I’ve been in so many situations where I was really “just curious” and not so much interested in pursuing something other than a few meet-ups and then a “see-ya-later” with this guy or that guy or whomever. And then I’ve had about a handful of scenarios in which I played the other role and unfortunately, that other role can really suck.

But that’s just it. I don’t think most people realize when all they’re pursuing is a curiosity and that the person on the other side just might be mistaking that curiosity for a genuine interest in something more… more what? Stable… real… not-just-sex?

Who knows?

I do think, however that when there’s an honest (& balanced) interest on both sides, the complications should fade and the stupid and bothersome rules of dating that I try to avoid like waiting for the right time to call… or not asking someone out… or having to play aloof would be completely unnecessary. I’d also hope that this situation would result in a natural relationship in which that irksome “conversation” would never have to occur.

Ugh… “The Conversation”. It’s so irksome, I don’t even want to blog about it.

Goodnight folks. See you when the sun comes up.


I’ve recently become addicted to Apartment Therapy‘s sister blog called The Kitchn. The website not only posts great recipes, but also decorative ideas for holidays, quick meals for the busy nine-to-fiver, and new product suggestions to not only make cooking easier but also—for those who enjoy the pure aesthetic of food—products to pretty-up your meals before you devour them. It also takes questions from the website’s community forums and posts them on the blog to collect answers from its readers.

I recently tried their recipe for a homemade thin crust pizza. I’ve made pizza in the past but usually via the stove top as I’ve never found a recipe that didn’t tout the benefits of using a pizza stone (I still plan on buying one eventually but until I’m making pizzas on the daily, I can’t justify the purchase). This recipe did call for a pizza stone, but I thought what the heck, it’s thin… it can’t be that bad if I don’t use one. I was right! The pizza turned out pretty well.

The recipe called for the following ingredients :

3/4 cups (6 ounces) of water
1/2 teaspoon of active-dry yeast
2 cups (10 ounces) unbleached all-purpose flour
1/2 tsp salt

Unfortunately, I didn’t have all-purpose flour so I used bread flour instead and sifted it a few times before using it for the dough. I also minced 1 clove of garlic and added it to the mix. For sauce I kept it simple—one tablespoon of melted butter with another minced clove of garlic and spread onto the dough before baking. I baked the dough with the sauce at 500ºF for 5 minutes then took out the pizza turned it and added sliced tomatoes and basil then mozzarella, asiago and parmesan cheeses. Another 5 minutes and voilà, pizza done. I took it out, left it on a rack to cool for another 5 minutes (longest of my life) before digging in. It was delicious.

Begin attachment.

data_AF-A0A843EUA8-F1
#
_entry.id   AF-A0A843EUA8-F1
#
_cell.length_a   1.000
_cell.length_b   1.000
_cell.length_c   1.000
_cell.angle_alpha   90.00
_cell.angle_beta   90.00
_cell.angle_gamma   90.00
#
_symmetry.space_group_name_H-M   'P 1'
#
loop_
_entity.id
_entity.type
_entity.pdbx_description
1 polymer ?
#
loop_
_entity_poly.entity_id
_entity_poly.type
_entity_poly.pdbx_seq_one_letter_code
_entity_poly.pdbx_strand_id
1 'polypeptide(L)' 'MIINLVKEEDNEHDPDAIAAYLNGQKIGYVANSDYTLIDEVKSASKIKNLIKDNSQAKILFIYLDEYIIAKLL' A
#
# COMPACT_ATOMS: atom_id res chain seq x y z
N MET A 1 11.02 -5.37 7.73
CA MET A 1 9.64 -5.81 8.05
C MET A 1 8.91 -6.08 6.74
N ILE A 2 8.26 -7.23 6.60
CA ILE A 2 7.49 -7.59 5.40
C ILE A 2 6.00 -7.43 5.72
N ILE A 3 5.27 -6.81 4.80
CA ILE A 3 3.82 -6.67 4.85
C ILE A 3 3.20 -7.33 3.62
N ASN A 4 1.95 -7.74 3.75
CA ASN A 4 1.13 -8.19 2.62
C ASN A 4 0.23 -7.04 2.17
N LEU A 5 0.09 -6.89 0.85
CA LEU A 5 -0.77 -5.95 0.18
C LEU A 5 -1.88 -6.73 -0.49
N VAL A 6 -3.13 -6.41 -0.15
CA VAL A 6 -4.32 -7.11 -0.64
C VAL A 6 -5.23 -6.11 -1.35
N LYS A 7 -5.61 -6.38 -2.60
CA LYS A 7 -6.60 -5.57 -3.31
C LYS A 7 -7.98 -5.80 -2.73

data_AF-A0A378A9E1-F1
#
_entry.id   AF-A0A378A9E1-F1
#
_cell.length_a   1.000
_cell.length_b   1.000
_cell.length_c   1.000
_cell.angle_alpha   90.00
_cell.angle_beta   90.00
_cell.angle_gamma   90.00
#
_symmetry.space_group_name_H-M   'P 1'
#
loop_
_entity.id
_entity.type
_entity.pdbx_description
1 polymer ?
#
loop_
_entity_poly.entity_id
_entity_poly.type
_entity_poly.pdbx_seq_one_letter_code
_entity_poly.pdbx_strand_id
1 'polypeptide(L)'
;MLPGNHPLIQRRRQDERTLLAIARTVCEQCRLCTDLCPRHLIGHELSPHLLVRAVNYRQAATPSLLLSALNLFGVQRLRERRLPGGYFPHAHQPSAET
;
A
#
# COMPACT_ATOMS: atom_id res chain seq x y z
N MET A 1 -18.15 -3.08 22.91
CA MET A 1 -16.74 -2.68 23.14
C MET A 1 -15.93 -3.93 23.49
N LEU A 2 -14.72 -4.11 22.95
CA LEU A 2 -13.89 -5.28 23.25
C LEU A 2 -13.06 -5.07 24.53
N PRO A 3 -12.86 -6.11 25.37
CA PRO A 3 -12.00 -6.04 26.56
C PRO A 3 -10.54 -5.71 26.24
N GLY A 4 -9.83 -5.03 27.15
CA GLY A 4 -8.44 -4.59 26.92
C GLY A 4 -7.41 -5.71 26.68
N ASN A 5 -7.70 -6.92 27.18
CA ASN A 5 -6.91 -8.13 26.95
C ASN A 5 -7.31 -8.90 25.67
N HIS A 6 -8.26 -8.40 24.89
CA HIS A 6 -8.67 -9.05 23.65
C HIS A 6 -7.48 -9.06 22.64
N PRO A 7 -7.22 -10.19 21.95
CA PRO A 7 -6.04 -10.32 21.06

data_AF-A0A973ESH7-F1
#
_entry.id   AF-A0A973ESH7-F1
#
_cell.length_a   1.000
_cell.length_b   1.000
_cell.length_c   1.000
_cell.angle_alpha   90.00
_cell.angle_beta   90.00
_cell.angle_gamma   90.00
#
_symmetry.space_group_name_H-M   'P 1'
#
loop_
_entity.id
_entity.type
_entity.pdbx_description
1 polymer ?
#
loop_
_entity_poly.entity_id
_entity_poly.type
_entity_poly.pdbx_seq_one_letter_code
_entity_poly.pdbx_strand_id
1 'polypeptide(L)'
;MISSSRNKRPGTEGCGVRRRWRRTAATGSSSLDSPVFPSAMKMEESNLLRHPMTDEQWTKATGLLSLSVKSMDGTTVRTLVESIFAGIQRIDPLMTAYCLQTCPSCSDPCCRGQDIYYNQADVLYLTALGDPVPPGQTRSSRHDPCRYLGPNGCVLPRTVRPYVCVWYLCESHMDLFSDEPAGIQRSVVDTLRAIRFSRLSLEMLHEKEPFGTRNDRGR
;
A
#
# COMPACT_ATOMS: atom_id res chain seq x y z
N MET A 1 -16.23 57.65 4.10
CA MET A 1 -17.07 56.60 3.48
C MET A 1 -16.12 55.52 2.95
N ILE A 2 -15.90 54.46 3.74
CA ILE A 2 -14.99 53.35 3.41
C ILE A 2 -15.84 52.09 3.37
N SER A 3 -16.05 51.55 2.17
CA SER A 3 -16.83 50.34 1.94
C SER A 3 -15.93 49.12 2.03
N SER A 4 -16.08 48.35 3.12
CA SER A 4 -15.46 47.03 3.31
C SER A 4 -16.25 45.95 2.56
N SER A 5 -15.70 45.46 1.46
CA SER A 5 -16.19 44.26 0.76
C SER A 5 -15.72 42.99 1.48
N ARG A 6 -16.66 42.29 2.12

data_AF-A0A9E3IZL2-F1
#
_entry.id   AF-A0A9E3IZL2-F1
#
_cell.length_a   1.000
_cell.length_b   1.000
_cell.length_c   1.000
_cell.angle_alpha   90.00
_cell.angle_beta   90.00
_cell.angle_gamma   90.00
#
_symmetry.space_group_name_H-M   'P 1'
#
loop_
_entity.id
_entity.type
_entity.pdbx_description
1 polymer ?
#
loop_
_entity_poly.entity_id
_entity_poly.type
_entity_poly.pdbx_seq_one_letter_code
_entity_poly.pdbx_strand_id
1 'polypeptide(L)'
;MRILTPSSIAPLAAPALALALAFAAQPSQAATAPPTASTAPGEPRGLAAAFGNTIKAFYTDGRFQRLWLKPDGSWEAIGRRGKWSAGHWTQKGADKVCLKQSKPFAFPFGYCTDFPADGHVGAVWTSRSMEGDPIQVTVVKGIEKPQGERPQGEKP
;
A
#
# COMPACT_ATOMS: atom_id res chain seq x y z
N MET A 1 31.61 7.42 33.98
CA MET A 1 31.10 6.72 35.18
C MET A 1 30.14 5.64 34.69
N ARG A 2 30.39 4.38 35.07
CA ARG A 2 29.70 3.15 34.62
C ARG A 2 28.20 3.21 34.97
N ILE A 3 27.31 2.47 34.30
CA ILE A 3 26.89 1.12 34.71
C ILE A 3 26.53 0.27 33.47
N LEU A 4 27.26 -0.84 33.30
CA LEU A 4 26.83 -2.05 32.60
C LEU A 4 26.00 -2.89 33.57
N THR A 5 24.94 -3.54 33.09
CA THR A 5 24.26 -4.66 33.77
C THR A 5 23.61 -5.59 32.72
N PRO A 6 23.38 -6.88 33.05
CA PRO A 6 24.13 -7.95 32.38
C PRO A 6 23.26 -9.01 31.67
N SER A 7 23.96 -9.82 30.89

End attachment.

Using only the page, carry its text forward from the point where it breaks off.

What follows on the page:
I also cooked my tried and true chicken marsala recipe over the weekend. Ang sarap naman din! I got the original recipe from AllRecipes.com a long, long time ago and since then I’ve tweeked it to make it a little less caloric.

The original recipe is as follows :

1/4 cup all-purpose flour for coating
1/2 teaspoon salt
1/4 teaspoon ground black pepper
1/2 teaspoon dried oregano
4 skinless, boneless chicken breast halves – pounded 1/4 inch thick
4 tablespoons butter
4 tablespoons olive oil
1 cup sliced mushrooms
1/2 cup Marsala wine
1/4 cup cooking sherry

I used bread flour again since I didn’t have all-purpose on hand and it was far too hot to go outside. I also got rid of the butter and used 2 tablespoons of extra virgin olive oil as opposed to 4. I doubled the mushrooms and added 2 cups of marsala wine and 1 cup of cooking sherry so that I would have extra sauce for the pasta. Once the chicken was finished, I removed it from the pan and added a cornstarch slurry to thicken the sauce. I usually also sauté green beans and shallots for a side dish but I was a bit lazy. Still, it turned out pretty well.

And soon I need to buy a blender. I’d like to make pesto this week.

Oh how I love summertime cooking.